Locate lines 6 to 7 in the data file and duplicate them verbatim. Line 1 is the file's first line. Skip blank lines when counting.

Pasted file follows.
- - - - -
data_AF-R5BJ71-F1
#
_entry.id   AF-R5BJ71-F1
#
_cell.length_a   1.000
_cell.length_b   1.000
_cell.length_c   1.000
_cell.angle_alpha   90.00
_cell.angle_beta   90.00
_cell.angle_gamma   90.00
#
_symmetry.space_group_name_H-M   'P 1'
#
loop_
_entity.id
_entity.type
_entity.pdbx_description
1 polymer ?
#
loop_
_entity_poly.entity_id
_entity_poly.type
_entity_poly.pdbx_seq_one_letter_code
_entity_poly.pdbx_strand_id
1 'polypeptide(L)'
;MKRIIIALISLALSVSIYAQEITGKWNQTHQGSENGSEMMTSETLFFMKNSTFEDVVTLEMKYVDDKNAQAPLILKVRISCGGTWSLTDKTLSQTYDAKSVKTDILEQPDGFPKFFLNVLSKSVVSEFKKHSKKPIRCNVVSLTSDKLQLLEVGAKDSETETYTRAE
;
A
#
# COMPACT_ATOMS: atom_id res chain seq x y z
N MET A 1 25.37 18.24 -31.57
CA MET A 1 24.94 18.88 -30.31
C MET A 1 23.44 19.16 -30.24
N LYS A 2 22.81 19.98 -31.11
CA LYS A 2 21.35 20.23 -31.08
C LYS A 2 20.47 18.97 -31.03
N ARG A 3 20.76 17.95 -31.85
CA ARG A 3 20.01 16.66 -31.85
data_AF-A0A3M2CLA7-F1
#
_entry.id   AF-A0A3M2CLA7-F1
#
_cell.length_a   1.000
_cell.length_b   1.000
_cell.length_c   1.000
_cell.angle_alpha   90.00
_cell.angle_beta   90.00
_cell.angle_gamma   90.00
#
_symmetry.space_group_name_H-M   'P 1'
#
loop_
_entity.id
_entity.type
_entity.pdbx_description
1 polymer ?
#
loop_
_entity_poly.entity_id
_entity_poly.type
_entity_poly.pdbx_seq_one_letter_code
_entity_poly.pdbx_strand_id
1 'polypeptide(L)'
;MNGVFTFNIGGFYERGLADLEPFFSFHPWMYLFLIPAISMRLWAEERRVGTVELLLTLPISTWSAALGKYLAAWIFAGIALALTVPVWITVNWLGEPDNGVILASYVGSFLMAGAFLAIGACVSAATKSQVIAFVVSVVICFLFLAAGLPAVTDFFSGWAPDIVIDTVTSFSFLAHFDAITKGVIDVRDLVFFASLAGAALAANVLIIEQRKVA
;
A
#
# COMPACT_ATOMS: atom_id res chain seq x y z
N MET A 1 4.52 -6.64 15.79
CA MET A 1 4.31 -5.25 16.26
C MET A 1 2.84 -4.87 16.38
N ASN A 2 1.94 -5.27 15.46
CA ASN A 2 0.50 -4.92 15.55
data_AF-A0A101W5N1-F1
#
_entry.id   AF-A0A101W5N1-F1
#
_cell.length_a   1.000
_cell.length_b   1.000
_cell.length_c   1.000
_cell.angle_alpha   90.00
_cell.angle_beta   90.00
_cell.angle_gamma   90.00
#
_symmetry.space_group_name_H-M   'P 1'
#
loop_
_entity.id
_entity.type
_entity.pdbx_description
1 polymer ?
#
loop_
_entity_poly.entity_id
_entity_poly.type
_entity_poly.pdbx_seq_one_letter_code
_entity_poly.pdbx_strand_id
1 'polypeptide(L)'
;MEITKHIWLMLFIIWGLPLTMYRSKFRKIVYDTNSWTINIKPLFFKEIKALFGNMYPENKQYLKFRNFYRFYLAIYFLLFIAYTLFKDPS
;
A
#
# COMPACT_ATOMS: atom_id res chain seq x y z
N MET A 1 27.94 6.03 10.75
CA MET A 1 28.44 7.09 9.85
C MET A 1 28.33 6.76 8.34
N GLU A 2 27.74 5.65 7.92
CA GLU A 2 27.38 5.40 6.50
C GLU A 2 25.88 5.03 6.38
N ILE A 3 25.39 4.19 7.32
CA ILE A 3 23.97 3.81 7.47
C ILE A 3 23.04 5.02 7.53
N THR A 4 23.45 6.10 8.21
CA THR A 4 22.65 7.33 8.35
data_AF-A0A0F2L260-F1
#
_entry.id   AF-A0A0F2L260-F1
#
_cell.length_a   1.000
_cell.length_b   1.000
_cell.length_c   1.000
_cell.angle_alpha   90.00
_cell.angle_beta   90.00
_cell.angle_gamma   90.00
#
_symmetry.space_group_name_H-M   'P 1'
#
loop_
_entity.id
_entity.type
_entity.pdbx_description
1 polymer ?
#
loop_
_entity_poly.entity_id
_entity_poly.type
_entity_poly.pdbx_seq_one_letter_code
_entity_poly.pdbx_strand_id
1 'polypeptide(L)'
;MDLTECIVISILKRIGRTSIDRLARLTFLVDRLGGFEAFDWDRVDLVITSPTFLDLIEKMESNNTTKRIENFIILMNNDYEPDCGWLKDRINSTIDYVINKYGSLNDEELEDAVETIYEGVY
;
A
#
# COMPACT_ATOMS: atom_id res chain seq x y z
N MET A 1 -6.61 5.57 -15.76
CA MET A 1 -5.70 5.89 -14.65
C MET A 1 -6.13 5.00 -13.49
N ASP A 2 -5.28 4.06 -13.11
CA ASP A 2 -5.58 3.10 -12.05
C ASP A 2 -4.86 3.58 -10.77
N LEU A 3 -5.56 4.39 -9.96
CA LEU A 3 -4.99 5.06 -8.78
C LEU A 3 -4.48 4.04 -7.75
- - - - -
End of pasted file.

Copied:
_cell.length_b   1.000
_cell.length_c   1.000